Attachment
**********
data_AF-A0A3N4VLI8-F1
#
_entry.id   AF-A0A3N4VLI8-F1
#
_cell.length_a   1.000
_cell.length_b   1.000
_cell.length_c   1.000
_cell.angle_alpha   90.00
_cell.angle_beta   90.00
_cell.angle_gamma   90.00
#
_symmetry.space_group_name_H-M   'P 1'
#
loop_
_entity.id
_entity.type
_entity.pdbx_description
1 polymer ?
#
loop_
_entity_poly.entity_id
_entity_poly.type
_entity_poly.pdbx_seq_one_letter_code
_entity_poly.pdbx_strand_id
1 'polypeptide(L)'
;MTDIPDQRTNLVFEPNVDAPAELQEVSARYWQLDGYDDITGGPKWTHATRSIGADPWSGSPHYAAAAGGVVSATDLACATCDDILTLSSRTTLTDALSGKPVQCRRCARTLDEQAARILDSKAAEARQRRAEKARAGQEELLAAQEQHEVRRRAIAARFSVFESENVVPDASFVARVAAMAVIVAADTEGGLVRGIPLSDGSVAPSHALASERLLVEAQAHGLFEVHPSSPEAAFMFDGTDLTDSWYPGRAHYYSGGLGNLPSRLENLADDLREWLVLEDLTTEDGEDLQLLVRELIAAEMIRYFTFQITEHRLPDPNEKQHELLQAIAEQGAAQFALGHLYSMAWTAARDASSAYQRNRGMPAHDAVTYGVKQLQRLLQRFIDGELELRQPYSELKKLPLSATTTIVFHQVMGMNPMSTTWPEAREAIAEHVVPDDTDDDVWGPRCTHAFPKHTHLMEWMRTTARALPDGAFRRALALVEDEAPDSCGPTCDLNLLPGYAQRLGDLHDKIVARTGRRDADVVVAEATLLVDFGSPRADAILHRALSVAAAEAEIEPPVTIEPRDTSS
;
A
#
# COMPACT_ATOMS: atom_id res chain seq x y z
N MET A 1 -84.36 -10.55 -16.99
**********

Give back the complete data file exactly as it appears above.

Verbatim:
data_AF-A0A3N4VLI8-F1
#
_entry.id   AF-A0A3N4VLI8-F1
#
_cell.length_a   1.000
_cell.length_b   1.000
_cell.length_c   1.000
_cell.angle_alpha   90.00
_cell.angle_beta   90.00
_cell.angle_gamma   90.00
#
_symmetry.space_group_name_H-M   'P 1'
#
loop_
_entity.id
_entity.type
_entity.pdbx_description
1 polymer ?
#
loop_
_entity_poly.entity_id
_entity_poly.type
_entity_poly.pdbx_seq_one_letter_code
_entity_poly.pdbx_strand_id
1 'polypeptide(L)'
;MTDIPDQRTNLVFEPNVDAPAELQEVSARYWQLDGYDDITGGPKWTHATRSIGADPWSGSPHYAAAAGGVVSATDLACATCDDILTLSSRTTLTDALSGKPVQCRRCARTLDEQAARILDSKAAEARQRRAEKARAGQEELLAAQEQHEVRRRAIAARFSVFESENVVPDASFVARVAAMAVIVAADTEGGLVRGIPLSDGSVAPSHALASERLLVEAQAHGLFEVHPSSPEAAFMFDGTDLTDSWYPGRAHYYSGGLGNLPSRLENLADDLREWLVLEDLTTEDGEDLQLLVRELIAAEMIRYFTFQITEHRLPDPNEKQHELLQAIAEQGAAQFALGHLYSMAWTAARDASSAYQRNRGMPAHDAVTYGVKQLQRLLQRFIDGELELRQPYSELKKLPLSATTTIVFHQVMGMNPMSTTWPEAREAIAEHVVPDDTDDDVWGPRCTHAFPKHTHLMEWMRTTARALPDGAFRRALALVEDEAPDSCGPTCDLNLLPGYAQRLGDLHDKIVARTGRRDADVVVAEATLLVDFGSPRADAILHRALSVAAAEAEIEPPVTIEPRDTSS
;
A
#
# COMPACT_ATOMS: atom_id res chain seq x y z
N MET A 1 -84.36 -10.55 -16.99